In walked a tall, strong looking Nord in steel armor. He had very short blonde hair and deep blue eyes. He looked tired and road weary. Perfect. He also took note of the steel sword at the Nord's hip. The Nord made his way to the inn keep, requested a room, paid the keep, and then took to his room. The Argonian sipped his drink with a smirk. Everything was falling neatly into place. He liked this very much. The Argonian retired to the room he'd rented earlier that day, leaving the villagers to their late night antics. He placed his drink on his bedside table. Then he sat down cross legged on the floor to meditate on what he was about to do.
Deep into the night, the Argonian 'woke' himself from his meditation.
, he thought as he stood, stretched, and donned his leather armor. His armor was boiled black and red leather and enchanted to ensure he would succeed. He never failed anyways, but it never hurt to be cautious.
He made his way to the door, ever careful to avoid the squeaky boards. He opened the door slowly so that it wouldn't creak. The inn was empty. The dying embers of the hearth were the last lights left in the room. He snuck across the hall to the Nord's room. He made no sound as he moved, thanks to years of training and practice. Gently, he started picking the lock. It was simple, only three tumblers. The lock clicked and the Argonian swung the door open.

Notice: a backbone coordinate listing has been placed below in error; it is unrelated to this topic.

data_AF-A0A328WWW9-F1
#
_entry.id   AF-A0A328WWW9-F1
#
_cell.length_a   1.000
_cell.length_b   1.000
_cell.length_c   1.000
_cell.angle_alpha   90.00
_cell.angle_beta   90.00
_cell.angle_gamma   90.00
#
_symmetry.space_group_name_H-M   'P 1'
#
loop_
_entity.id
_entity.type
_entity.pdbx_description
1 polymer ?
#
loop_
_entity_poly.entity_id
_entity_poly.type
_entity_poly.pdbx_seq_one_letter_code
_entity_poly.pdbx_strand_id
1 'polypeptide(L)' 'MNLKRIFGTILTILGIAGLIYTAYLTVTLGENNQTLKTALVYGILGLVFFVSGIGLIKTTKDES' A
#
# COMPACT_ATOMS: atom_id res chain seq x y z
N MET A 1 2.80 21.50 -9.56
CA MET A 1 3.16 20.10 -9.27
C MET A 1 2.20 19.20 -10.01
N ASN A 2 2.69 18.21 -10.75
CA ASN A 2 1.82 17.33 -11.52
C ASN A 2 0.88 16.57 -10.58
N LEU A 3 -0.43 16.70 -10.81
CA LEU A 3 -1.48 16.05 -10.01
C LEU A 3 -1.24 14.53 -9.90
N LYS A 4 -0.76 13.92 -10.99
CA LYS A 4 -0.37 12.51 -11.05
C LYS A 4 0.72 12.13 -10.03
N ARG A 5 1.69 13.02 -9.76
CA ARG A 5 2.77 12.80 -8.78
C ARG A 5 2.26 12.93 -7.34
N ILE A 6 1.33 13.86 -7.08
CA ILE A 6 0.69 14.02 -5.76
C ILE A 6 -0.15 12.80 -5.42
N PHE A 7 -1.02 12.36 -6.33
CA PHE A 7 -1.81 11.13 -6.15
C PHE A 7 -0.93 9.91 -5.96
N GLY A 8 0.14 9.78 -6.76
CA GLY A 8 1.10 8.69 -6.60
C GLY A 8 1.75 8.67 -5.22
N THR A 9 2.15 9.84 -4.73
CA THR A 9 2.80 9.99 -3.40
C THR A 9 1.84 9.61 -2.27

Inside, the Nord lay in a deep sleep amongst furs and blankets. His armor lay on the dresser across the room, along with his blade. Perfect. He drew his blade, a wicked looking piece made of ebony. He crept to the Nord's bedside. "Embrace the Void," the Argonian whispered as he raised his blade high in the air.
At the last second the Nord awoke, his eyes wild with fear. He attempted to dodge the Argonian's blade making it miss its mark. Instead of stabbing the Nord's heart the blade dug into the his belly. The Nord gasped in pain, his mouth was trying to form words, but his body's strength had not yet failed him. With one hand he pushed the Argonian away. Nice try, the Argonian thought as he stalked closer to the now kneeling Nord. He drew his dagger high.
Intense, searing pain.
He looked down and saw the tip of a thin blade coming from his chest.
Revak waited for the final strike to come. Instead he heard a sickening sound. He looked up and saw the assassin, a green skinned Argonian, holding his blade high in the air. The assassin had a look of terror on his face as he looked and saw a blade protruding from his chest. The blade drew away, leaving a gaping hole. The Argonian assassin fell to the floor with a solid thud.
Behind the Argonian, stood a woman in leathers and wielding a very familiar sword. He recognized her as Farengar's client.
She was wielding the signature weapon of the Blades; an Akaviri katana.